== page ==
Twitter Facebook NewsLocal NewsJudge describes drug issues as worryingBy admin – April 20, 2009 409 Previous articleViewers voted Celia most stylish woman on TVNext articleExperience the ancient art of Threading admin Print Linkedin Email A LIMERICK District Court Judge has described as “worrying” the increase in instances where members of the public attempt to pass drugs to prisoners while in custody in Limerick Prison. Judge Tom O’Donnell’s comments came as a 27-year-old woman appeared before a sitting of Limerick District Court charged with bringing a controlled substance into Limerick Prison contrary to Sec 15(c) of the Misuse of Drugs Act 1977.Sign up for the weekly Limerick Post newsletter Sign Up The county Limerick woman appeared before Judge O’Donnell where the court was told that the accused allegedly attempted to pass 55 tablets to a prisoner during a visit.The arresting officer, Garda Colleran, told the court of prison officers apprehending the woman as she attempted to orally pass the tablets to a prisoner.Defence solicitor, Sarah Ryan, addressed the court following hearing details of the incident and noted that the drug in question was prescribed to the woman for pain relief following a very bad car accident in which she suffered injuries to her back.Judge O’Donnell noted that these types of offences are on the increase and worryingly, many go undetected and are very serious.“I must congratulate and praise the work of the prison officers and the gardai in this incident as these types of crimes are on a very serious rise.“I’ve noted at least three or four of these in the early parts of this year and its something that could get out of hand very easily.“I must also say that the doctor in question would be very disappointed to know that a patient of theirs would be obtaining tablets, pain killers in this instance, and keeping them to pass on to others.“These are disturbing times for such crimes but I do take into account the early plea and the co-operation offered by the accused. I also note the seriousness of the mitigating factors for the defendant”.Marking the facts of the case proven, Judge O’Donnell issued that a probation report be submitted to the court and subsequent to that, issued bail terms of 100 euro to the accused.The court will hear the findings of the report on June 11. WhatsApp Advertisement
“Our approach to this issue is fundamentally as a public health rather than as a policing and crime issue. But from a policing perspective we have had successes in tackling serious organised crime and bringing to justice the criminals responsible for the proliferation of drugs among deprived communities.” Yousaf has been asked by Westminster whether the police forces in Scotland might be pooled as a last resort in the event of any consequences from a no-deal Brexit. “The resilience of the police force is much greater in Scotland. There is a potential to pool resources from Scotland if necessary. However, if there is a belief that Scottish forces are going to be used simply to plug the gap in an under resourced police in England and Wales, then the government are misguided.” Next we discuss drug addiction in Scotland. According to the National Records of Scotland, drug-related deaths in Scotland are the highest per capita in the EU, and show no signs of declining: the rate is up 27% on last year’s figures. Is the Scottish government taking the matter seriously? “It would be foolish of the SNP not to learn from Theresa May: she has written the manual for how not to negotiate a withdrawal agreement.” Humza says. As justice secretary, does Humza share any responsibility in this drugs crisis? “Decriminalisation is a reserved power so it’s not something that I as justice secretary in Scotland can change. However, I would be keen to see the introduction of drug treatment centres across Scotland, following their relative success in other parts of Europe. But how long would such a mandate last? For a fixed term, or until some prearranged milestone had been reached? Brexit has presented itself as quite the quandary for the SNP. On the one hand, given that three in five Scottish votes supported remain, it’s easier to make the case to this pro-remain base that it’s in Scotland’s interest to leave the UK. On the other hand, following three years of turmoil in Westminster over Brexit and without a clear resolution in sight, even the most dyed in the wool indy ref 2 supporters might be thinking to themselves, “could I go through all of this again? Could I stomach another three years of this?” How do the SNP quell these concerns? The answer it would appear, is to frame the handling of Brexit as a question of competence. “The first thing that government would have to do is to remove the threat of no deal. Once that has been achieved, it would be my preference that we hold a people’s vote, to give people a chance to revaluate their decision given the complexities involved which we now know.” “In the same way that the lyrics of love songs seem hackneyed and clichéd until you first experience true love, the things people often say about becoming a parent really are true: I do feel I have a whole new perspective on life. “I drew the line when these abusive comments were directed at my newborn baby daughter. I had put up a picture of the new baby box I’d bought for her, and it was after reading some of the appalling comments below that I decided I’d had enough. Just recently Humza had been on paternity leave following the birth of his first child. He makes no secret about the effect that becoming a father has had on him: “Being a dad is the best thing in the world. “The SNP are not the biggest fans of Jeremy Corbyn, not least because we don’t think his position on Brexit have been firm enough. But the consequences of a no deal Brexit would be utterly catastrophic.” Humza tells me. “My first day after paternity leave – being away from my daughter for a whole day – was especially tough. Most nights I get home late from work so I don’t get the chance to cuddle her as much as I’d like.” “As Justice Secretary I’m not in a position to comment on what remains an ongoing case. In terms of the costs involved, clearly, the government did not want to be in that position.” Just three days before we meet, the Scottish government paid out half a million pounds in legal fees to Alex Salmond after admitting it failed to meet its own guidelines in investigating him over sexual harassment claims. This admission was a serious victory for Alex Salmond, who had called the investigation “grossly unfair” and has undermined the credibility and rigor of the government’s sexual complaints investigative procedure. Perhaps understandably, Humza was not keen to discuss this for very long. “I used to know Alex Salmond well and work closely with him. Yousaf has recently decided to suspend use of his Twitter account, following a spate of online abuse. “My decision to give up Twitter was a bit of a slow burn. It would start with tens of abusive comments a day, which would become hundreds if I put out a particular tweet or there was some particular news about me. “I may return to Twitter later, but for the moment, I think there are more important things in life.” Last week, Jeremy Corbyn put forward plans to lead a temporary unity government in Westminster – a coalition of pro-remain parties to avoid a no-deal Brexit. With Jo Swinson, leader of the Lib Dems, expressing a reluctance to support the proposal, instead touting the 79-year-old Conservative MP Ken Clarke as preferable interim prime minister, eyes had turned to the SNP’s 35-strong Westminster presence for an offer of support. Could Jeremy’s idea fly? “We need to make the case for a Scottish independence that would bring all points of view together, rather than a version of independence that appeals only to the fringes and the extremes, in the way that Theresa May had done with Brexit.” A soft Scottish exit seems to be the way forward. I catch Humza outside the Grand Hall of the Stand Comedy Club at the Fringe, where he has just made an appearance to discuss Scottish politics, in a light-hearted manner, with a fairly sympathetic crowd. Not long before the show began, the Scottish Justice Secretary had left one of the government’s confidential government Cobra meetings, and was guarded about what was discussed. Humza’s capacity to make such a quick yet smooth transition from serious top-secret government meeting to having a laugh at the comedy club could be seen as exemplary of an astute, dexterous politician. But as far as Humza is concerned, the real clowning around is in Number 10. “Far from avoiding a no deal which would be catastrophic, no deal Brexit has become a real policy choice for the government. No deal Brexit is now being looked at as an opportunity, which is beyond my comprehension. I’m more concerned now than I was previously.” “If the remain parties in Westminster get together to form a pact, then as leader of the opposition, Jeremy would have a mandate to lead it.” “That figure is a stain on the collective conscience of the Scottish government,” Humza tells me. “It is not something where we can simply shrug our shoulders and accept it. We must do everything we can to prevent further deaths.” Before we part company, and before I dash across Princes Street to catch the 3pm Oxford Revue performance, I wonder whether Humza will also be paying a visit to some shows at the Fringe (while he’s not starring in them). “I’ve got family coming over from London and Saudi Arabia, and we’ll be going to a few shows together.” Will he be seeing any politics shows, like the one he just hosted? “I’ve got enough politics in my life.”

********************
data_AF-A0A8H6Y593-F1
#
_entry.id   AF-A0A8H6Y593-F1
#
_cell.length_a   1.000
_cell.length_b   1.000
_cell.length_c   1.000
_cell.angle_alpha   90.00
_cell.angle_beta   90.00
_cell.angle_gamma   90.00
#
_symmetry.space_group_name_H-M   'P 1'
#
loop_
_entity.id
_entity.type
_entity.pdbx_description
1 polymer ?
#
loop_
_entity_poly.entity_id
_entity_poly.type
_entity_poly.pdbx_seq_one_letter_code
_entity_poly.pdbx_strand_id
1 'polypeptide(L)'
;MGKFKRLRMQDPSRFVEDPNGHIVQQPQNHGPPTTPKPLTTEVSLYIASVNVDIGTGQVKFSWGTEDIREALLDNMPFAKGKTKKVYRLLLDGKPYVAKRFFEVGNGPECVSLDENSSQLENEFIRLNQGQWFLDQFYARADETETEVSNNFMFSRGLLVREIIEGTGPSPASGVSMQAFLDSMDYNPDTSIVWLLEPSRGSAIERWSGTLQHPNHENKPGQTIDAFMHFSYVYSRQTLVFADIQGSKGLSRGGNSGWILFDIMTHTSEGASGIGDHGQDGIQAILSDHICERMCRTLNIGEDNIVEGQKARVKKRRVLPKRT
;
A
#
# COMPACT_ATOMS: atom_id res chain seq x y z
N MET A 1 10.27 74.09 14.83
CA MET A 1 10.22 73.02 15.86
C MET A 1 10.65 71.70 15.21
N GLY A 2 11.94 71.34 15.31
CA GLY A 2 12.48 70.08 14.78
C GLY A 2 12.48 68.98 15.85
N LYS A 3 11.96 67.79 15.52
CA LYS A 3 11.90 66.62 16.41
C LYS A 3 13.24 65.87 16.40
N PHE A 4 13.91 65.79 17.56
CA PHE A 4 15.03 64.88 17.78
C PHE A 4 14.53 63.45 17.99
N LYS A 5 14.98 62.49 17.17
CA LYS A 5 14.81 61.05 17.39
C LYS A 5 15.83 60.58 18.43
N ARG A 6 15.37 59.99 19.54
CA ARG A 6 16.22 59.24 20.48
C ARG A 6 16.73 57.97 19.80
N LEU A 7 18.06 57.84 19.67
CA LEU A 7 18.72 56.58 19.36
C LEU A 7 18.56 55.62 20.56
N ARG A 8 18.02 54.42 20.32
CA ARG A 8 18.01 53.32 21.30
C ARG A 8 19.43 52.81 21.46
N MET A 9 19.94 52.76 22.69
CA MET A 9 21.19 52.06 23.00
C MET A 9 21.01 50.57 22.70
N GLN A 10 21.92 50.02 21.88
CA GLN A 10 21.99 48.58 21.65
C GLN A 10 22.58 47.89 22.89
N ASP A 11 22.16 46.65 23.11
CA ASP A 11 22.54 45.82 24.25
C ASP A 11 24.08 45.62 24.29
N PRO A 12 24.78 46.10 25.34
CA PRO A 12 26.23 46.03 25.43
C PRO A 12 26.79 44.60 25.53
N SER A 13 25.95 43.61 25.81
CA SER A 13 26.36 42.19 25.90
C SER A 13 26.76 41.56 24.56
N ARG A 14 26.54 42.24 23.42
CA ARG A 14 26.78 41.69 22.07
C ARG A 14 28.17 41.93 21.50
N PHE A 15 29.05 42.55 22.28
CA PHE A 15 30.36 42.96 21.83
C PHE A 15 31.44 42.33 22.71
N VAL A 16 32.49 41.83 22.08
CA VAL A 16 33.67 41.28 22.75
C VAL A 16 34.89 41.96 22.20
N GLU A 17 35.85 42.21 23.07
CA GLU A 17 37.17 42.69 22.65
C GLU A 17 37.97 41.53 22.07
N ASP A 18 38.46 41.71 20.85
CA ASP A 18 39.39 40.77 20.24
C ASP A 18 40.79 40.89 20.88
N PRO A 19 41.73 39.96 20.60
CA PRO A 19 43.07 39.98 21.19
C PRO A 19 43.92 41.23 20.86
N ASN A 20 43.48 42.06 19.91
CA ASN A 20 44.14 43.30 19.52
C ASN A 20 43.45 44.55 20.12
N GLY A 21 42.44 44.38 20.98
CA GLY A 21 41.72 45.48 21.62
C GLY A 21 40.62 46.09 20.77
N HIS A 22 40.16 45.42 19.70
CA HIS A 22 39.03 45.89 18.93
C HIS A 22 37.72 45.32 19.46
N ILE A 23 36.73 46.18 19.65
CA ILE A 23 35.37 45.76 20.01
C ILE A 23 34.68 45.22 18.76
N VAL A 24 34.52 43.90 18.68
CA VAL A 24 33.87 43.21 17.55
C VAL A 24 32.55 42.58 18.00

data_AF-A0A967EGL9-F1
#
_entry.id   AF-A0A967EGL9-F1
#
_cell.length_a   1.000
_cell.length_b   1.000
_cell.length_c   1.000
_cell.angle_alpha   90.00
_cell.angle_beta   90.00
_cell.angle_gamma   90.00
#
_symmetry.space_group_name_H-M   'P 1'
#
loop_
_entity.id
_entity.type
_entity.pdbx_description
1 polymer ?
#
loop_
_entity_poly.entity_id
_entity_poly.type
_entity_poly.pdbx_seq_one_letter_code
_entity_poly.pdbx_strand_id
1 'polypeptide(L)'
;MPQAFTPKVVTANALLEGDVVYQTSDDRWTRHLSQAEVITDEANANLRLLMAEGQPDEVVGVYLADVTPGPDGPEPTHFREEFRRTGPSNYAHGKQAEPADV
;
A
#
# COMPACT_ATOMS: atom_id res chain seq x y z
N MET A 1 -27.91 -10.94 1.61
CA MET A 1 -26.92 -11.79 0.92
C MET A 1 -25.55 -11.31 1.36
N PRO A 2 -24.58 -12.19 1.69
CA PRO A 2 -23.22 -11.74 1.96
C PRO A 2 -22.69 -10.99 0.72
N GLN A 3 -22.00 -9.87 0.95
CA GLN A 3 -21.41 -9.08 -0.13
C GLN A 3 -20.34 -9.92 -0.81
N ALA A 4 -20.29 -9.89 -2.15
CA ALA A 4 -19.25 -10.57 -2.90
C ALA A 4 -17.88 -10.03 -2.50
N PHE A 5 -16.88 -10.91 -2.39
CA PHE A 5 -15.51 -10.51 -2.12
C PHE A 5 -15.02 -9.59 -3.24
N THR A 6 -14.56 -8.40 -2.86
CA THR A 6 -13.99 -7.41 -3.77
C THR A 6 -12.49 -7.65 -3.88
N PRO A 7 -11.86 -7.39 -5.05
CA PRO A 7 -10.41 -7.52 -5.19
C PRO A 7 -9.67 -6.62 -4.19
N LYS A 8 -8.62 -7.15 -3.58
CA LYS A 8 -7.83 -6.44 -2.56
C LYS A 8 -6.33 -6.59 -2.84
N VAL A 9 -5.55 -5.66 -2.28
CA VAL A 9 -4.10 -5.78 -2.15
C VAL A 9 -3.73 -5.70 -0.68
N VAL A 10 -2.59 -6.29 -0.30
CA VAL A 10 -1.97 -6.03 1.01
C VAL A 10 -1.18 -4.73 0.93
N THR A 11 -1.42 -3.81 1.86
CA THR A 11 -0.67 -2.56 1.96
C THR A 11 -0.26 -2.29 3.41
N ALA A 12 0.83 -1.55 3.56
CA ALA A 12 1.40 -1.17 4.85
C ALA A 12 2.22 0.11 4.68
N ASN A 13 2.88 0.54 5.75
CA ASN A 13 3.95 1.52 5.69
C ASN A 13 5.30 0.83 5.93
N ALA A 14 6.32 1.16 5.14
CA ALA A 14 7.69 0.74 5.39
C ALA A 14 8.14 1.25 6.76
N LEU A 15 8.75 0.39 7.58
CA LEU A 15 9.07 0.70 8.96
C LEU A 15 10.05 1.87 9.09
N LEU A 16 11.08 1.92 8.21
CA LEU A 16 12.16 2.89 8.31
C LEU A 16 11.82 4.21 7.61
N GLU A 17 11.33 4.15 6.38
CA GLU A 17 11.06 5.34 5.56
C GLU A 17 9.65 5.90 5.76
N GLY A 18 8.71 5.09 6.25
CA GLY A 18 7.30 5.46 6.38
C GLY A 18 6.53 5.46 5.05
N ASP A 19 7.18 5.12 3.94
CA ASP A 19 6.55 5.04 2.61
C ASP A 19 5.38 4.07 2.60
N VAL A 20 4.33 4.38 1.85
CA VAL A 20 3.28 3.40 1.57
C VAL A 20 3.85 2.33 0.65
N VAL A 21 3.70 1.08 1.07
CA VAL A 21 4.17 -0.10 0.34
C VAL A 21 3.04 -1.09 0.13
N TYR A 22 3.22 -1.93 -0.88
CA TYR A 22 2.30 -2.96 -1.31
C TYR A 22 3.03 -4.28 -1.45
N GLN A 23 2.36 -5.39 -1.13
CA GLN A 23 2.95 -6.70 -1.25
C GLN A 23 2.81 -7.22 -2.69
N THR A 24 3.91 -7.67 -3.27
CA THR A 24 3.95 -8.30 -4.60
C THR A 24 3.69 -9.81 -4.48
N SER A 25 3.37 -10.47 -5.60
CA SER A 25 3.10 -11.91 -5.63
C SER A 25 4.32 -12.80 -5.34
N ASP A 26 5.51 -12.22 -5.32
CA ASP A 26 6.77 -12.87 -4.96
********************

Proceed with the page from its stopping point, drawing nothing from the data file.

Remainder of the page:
Health officials from China and the United States gathered at Harvard on Wednesday to examine successful reforms around the world and to exchange information on their own efforts, as the two global giants seek ways to extend access, improve quality, and lower the cost of care to their citizens.Participants at the two-day event, the “Harvard America-China Health Summit,” sponsored by the Harvard School of Public Health‘s China Initiative, packed Harvard Medical School’s Joseph B. Martin Conference Center. The conference opened with twin keynote addresses by Assistant Secretary for Planning and Evaluation at the U.S. Department of Health and Human Services Sherry Glied and Chinese Minister of Health Chen Zhu.Panel discussions touched on a range of topics, including lessons to be learned from other nations’ reform efforts, traditional Chinese medicine, chronic disease control, the role of information technology, the relationship between doctors and drug companies, and how best to achieve universal coverage at low cost.Dean Julio Frenk of the Harvard School of Public Health presented the example of health reform in Mexico. A key element of reform, Frenk said, was mobilizing public opinion and switching expectations from health care being a benefit of employment to it being a right given to all citizens.The image of China that emerged from the early sessions Wednesday was of a nation with universal coverage where access and quality of care vary widely. The discussion also showed a nation grappling with shifting health problems as recent economic growth enlarges its middle class.Chronic diseases often thought of as occurring mainly in Western, industrialized nations are emerging in China, where type 2 diabetes has become a major health problem, environmental pollution from rapid industrialization exacts a toll, and mental health troubles, plagued by stigma and poor training of providers, are often untreated.Roughly “173 million adults have mental disorders in China; 158 million never get help,” said Harvard Asia Center Director Arthur Kleinman, the Rabb Professor of Anthropology in the Faculty of Arts and Sciences and professor of psychiatry and medical anthropology at Harvard Medical School, who has conducted research on mental health in China since 1978. “There’s much to be done in this area.”Chen said the cost of improving care remains a hurdle, which is why China is looking to other nations for cost-effective solutions.“With limited funding, we have to choose suitable, affordable, effective technology,” Chen said. “We are looking at examples from any other country.”Chen said that the government is pushing to address environmental problems and that solutions extend beyond the reach of the health ministry alone. A number of ministries are collaborating to address problematic issues, with a focus on heavy metals, noise pollution, and persistent chemical contamination. In addition, he said, local governments are also focusing more on cleaning up the environment.As for the United States, health care reforms approved last year are already bearing fruit, Glied said. Senior citizens have seen medication costs decrease, and about a million young adults under age 26 have insurance coverage because of the reforms.Glied said the U.S. government is continuing to draft regulations to put aspects of the law into effect, including ones that would regulate “accountable care organizations,” or groups whose pay is linked to their ability to meet care standards while keeping costs down. Drafting those regulations is proving tricky, Glied said, as regulators seek to balance ways to discourage excess treatment while ensuring patients still get the care they need. Information will be key to the system, but regulations have to balance the need for data with patients’ desires for privacy.Dean Julio Frenk of the Harvard School of Public Health presented the example of health reform in Mexico, which he oversaw as minister of health there from 2000 to 2006. A key element of reform, Frenk said, was mobilizing public opinion and switching expectations from health care being a benefit of employment — as it generally is in the United States — to it being a right given to all citizens.Mexican health reformers employed an evidence-based approach that highlighted the system’s shortcomings. In 2000, roughly half of Mexico’s population was uninsured, and the major way that health care was funded nationally was through out-of-pocket expenditures. Paying for health care had become the leading cause of family and business bankruptcy.The resulting changes created government agencies, new funding sources for community health operations, and set universal coverage as the goal. Mexico expects to achieve that in 2012, Frenk said.“The key is to start with an end in mind,” Frenk said. “In Mexico, we started with defined goals and came up with a series of reforms to achieve them.”Reforms in the United Kingdom have had successes, but also some failures, according to Simon Stevens, executive vice president of UnitedHealth Group and a health adviser to former British Prime Minister Tony Blair.By the late 1990s, public opinion of Britain’s government-run health system was at a low, with just one in three of those surveyed expressing satisfaction. Care was characterized by long waiting times for even routine care, Stevens said. People could wait as long as a year and a half for a joint replacement, for example.Britain increased spending, built new facilities, and ramped up training of health professionals, Stevens said. Over the years since, there has been a 25 percent increase in the number of nurses, a 40 percent increase in the number of doctors, and a 55 percent increase in the number of students admitted to medical school. The result has been an increase in public satisfaction, to 64 percent, in recent years.One area where things haven’t gone well has been with intended reforms in electronic medical records, Stevens said. The British medical information technology system has been deemed a major failure despite enormous cost. Stevens said he believed that the U.S. approach in its recent health care reform legislation, which provides incentives for changes in early years and penalties for not adopting adequate electronic record-keeping systems in later years, will prove more fruitful.Stevens said one of the most important things that health ministers can do to spur reform is to highlight health problems in the system. By making clear the current system’s shortcomings, they will build momentum toward reform, he said.“The move to transparency has to be the key to reform,” Stevens said.Britain is continuing to work to improve care, Stevens added. It has a public website containing statistics on hospitals that includes patient commentary. Britain has created a system to fight the rise of chronic diseases related to lifestyle by letting primary-care doctors earn up to 30 percent more if they show improvement on key indicators.Similar reforms may be important in the United States, Stevens said, because the obesity rate here has doubled over the past 20 years, and some projections see more than half of U.S. adults being diabetic or pre-diabetic by 2020.